Golden Gate Bridge seems just like another bridge. As you see it more and more, you begin to realise its elusive quality.
Mornings in San Francisco seem to always start with a fog hanging in the air. As the morning progresses, the fog is burned away if the sun does its magic. The Golden Gate Bridge, being adjacent to the Pacific Ocean seems to be hit hardest with the fog. More often than not, when I could see the bridge, it was at least half covered in fog.
Taking photos of the complete bridge became a battle against the fog. On one day, when I was hiking in Angel Island, about thirty minutes from San Francisco, the fog did lift. When I returned from the island, I headed for the bridge. I found a good spot at Marshall’s Beach and scrambled over the rocks to get closer to the bridge without the view being blocked.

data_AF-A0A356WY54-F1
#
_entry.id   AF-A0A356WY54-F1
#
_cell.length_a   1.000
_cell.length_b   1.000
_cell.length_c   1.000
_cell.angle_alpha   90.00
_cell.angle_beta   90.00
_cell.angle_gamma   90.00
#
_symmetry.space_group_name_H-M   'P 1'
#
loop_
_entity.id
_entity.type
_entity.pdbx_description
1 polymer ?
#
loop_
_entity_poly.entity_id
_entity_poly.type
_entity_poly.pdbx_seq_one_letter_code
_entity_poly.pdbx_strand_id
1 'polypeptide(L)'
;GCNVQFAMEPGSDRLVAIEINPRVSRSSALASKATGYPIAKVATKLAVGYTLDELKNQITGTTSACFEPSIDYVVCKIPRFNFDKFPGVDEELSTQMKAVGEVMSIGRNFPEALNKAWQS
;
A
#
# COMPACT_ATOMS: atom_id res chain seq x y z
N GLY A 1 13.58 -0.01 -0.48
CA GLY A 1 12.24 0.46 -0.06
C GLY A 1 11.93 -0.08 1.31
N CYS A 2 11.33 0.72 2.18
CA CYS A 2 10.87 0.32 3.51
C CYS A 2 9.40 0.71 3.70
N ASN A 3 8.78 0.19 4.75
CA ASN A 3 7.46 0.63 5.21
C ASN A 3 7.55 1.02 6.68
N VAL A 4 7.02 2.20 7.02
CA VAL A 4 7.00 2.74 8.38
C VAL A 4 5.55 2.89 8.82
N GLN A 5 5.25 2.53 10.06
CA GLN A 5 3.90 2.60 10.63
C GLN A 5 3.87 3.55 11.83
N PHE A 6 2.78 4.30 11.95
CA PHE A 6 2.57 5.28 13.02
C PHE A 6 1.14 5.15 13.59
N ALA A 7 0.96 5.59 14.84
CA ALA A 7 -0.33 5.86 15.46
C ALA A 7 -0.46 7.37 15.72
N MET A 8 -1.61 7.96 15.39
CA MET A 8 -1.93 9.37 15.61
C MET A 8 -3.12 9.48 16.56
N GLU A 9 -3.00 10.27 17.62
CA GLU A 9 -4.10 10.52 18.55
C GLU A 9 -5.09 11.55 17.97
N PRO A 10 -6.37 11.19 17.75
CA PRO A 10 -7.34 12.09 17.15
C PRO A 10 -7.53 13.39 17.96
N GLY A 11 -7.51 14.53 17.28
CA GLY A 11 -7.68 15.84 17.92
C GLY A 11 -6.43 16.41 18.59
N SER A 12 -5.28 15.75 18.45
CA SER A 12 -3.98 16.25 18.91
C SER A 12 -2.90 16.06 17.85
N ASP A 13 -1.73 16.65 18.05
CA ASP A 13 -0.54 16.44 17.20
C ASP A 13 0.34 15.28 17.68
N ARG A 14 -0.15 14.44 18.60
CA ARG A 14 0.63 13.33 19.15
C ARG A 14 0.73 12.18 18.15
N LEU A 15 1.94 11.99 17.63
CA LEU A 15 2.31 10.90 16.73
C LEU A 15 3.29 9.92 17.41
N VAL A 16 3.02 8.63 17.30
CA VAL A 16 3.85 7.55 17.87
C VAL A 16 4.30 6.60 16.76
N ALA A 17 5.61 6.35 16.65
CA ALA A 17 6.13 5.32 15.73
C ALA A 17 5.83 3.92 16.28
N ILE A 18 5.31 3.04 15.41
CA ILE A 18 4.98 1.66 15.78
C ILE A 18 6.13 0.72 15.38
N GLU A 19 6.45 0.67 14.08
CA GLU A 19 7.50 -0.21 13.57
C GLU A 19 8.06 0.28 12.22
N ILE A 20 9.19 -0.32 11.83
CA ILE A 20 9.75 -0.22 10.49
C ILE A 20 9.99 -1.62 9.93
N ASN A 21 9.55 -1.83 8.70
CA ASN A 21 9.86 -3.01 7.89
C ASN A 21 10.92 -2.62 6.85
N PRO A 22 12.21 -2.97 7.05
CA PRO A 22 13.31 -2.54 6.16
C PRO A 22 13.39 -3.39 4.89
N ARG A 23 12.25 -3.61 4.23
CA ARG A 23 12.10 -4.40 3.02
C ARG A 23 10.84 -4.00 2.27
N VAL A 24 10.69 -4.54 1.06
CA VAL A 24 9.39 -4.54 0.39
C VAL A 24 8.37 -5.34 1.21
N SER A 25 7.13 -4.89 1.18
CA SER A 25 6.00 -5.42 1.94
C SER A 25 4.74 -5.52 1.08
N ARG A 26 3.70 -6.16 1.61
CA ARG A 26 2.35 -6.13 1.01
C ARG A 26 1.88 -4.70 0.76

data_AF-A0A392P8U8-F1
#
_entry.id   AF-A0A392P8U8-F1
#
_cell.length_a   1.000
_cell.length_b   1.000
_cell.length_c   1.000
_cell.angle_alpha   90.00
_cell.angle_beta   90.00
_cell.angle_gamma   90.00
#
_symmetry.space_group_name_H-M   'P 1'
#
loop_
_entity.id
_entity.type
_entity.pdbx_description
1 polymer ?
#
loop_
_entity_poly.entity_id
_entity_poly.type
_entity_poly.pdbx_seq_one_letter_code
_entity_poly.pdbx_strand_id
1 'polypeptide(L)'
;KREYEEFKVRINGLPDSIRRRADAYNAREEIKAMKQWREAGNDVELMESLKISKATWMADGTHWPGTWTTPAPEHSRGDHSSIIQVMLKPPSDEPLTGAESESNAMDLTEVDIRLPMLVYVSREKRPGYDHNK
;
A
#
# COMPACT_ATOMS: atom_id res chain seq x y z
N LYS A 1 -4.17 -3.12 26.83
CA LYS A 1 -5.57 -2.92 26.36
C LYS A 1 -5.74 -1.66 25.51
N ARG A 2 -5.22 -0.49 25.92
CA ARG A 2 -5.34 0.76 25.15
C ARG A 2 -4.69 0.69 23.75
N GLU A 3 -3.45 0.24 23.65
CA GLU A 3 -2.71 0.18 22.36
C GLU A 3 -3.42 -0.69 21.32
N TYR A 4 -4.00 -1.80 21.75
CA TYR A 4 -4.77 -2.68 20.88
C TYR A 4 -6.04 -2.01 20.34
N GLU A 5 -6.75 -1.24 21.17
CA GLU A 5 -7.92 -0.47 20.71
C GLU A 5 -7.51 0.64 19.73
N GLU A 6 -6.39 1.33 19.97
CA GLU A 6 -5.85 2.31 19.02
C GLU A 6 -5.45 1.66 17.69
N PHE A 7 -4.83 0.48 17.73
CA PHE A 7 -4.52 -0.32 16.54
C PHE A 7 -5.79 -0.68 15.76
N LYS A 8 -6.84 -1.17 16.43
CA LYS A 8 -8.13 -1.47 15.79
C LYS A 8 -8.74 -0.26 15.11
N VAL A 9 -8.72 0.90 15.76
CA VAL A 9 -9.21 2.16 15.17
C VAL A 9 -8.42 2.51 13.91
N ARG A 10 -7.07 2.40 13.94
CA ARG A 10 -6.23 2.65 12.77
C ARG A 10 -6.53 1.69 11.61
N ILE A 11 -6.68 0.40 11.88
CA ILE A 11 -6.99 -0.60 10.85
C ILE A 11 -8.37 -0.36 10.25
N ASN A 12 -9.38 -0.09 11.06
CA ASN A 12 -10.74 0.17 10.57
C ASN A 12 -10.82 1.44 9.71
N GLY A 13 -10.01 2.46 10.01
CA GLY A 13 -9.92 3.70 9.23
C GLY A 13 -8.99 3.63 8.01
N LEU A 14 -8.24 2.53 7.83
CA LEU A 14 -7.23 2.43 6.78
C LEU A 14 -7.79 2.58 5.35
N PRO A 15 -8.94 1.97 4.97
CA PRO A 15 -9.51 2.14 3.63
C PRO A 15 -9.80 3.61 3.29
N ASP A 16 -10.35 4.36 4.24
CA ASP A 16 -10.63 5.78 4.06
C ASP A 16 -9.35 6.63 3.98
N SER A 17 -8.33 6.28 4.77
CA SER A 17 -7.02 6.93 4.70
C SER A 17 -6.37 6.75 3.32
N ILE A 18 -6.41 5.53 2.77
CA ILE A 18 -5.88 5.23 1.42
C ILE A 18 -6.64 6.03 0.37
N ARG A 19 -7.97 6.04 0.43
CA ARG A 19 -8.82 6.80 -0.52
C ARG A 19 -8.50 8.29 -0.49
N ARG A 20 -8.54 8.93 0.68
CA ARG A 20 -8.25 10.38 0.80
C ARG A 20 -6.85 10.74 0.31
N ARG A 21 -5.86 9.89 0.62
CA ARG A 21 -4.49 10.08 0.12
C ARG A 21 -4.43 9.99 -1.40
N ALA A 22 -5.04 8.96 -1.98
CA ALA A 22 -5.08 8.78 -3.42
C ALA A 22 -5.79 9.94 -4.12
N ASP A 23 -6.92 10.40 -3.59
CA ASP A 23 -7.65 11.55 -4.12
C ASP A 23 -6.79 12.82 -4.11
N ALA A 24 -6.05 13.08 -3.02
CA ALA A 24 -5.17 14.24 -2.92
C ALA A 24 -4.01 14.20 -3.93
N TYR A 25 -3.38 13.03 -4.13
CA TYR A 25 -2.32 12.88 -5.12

Once I positioned myself for sunset, it turned out that several other photographers had the same idea! They arrived with their professional cameras and tripods.
As the evening progressed, we were treated to reasonable views of the bridge – the best I’d seen in the week I was in San Francisco.
The bridge gets its name from the Golden Gate Strait, which is the entrance to San Francisco bay from the Pacific Ocean. Opened in 1937, it had the longest suspension span (1.2km) in the world until 1964. It’s not black or grey but rather orange vermilion (aka “International Orange”) because the designers wanted it to blend in with its warm surroundings and also because it’s more visible to boats, even with the fog.
There’s lots of earthquake-proofing built into the bridge which allows it to move vertically and horizontally by several meters without causing damage. There are small model bridges near the bridge that let you simulate various types of movement and see how the bridge copes with it.